All outputs have been corrected so that the total number of animals in a country matches the FAOSTAT 2010 total stock. However, in a number of cases, there are significant differences between the total numbers of animals found in the original national census data and the values recorded in FAOSTAT. The total of the original census is provided for each country and species in the metadata report so that users may revert to these by dividing all pixel values by the FAOSTAT 2010/Census total ratio. Figure 5 shows the global distributions of the eight livestock species included based on the DA models.

Figure 5: Overview of the Gridded Livestock of the World (GLW 3) data sets for cattle, buffaloes, sheep, goats, horses, pigs, chickens and ducks, based on the dasymetric model.
Figure 5

Dark grey are areas considered unsuitable and dark green areas correspond to IUCN protected areas.

Additional information

How to cite this article: Gilbert. M. et al. Global distribution data for cattle, buffaloes, horses, sheep, goats, pigs, chickens and ducks in 2010. Sci. Data. 5:180227 doi: 10.1038/sdata.2018.227 (2018).

Publisher’s note: Springer Nature remains neutral with regard to jurisdictional claims in published maps and institutional affiliations.


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This work is supported by the FAO Animal Production and Health Division’s regular programme and by a number of projects within that. Significant contributions to this project have been made by the Belgian FNRS projects “Mapping Livestock and People” PDR T.0073.13 and “Mapping Livestock transition” WISD X.3023.17. The views expressed here are those of the authors and not necessarily those of FAO or any other organization.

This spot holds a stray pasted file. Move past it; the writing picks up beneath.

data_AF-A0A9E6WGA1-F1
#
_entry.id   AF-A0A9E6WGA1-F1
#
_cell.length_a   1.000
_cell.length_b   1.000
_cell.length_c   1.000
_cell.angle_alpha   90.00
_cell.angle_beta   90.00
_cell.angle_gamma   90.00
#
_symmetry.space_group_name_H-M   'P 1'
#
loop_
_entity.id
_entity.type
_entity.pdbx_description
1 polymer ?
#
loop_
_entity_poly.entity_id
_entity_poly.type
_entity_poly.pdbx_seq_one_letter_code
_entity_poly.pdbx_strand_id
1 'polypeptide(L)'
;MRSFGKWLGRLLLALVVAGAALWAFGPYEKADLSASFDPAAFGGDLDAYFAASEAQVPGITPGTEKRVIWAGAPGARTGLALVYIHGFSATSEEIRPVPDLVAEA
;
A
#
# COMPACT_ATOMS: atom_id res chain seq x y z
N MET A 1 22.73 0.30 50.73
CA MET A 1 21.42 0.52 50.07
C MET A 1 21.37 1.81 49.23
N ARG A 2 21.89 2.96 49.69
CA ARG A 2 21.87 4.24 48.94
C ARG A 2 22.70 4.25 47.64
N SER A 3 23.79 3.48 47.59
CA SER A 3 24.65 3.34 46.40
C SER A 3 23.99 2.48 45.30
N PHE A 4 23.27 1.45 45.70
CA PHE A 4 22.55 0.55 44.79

Author information


  1. Spatial Epidemiology Lab (SpELL), Université Libre de Bruxelles, Brussels, Belgium

    • Marius Gilbert
    •  & Gaëlle Nicolas
  2. Fonds National de la Recherche Scientifique (FNRS), Brussels, Belgium

    • Marius Gilbert
  3. Animal Production and Health Division (AGA), Food and Agriculture Organization of the United Nations, Rome, Italy

    • Giusepina Cinardi
    •  & Timothy P. Robinson
  4. Institute of Integrative Biology, ETH Zurich, Zurich, Switzerland

    • Thomas P. Van Boeckel
  5. Center for Diseases Dynamics Economics and Policy, Washington DC, USA

    • Thomas P. Van Boeckel
  6. Earth and Life Institute, Université catholique de Louvain, Louvain-la-Neuve, Belgium

    • Sophie O. Vanwambeke
  7. Environment Research Group Oxford (ERGO), Department of Zoology, Oxford, United Kingdom

    • G. R. William Wint


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M.G. and T.R. designed the study. M.G., G.N. & G.C. developed and implemented the RF modelling of the different data sets. G.C. & W.W. provided and managed key input census and covariate data. All authors contributed to the final paper.

Competing interests

The authors declare no competing interests.

Corresponding authors

Correspondence to Marius Gilbert or Timothy P. Robinson.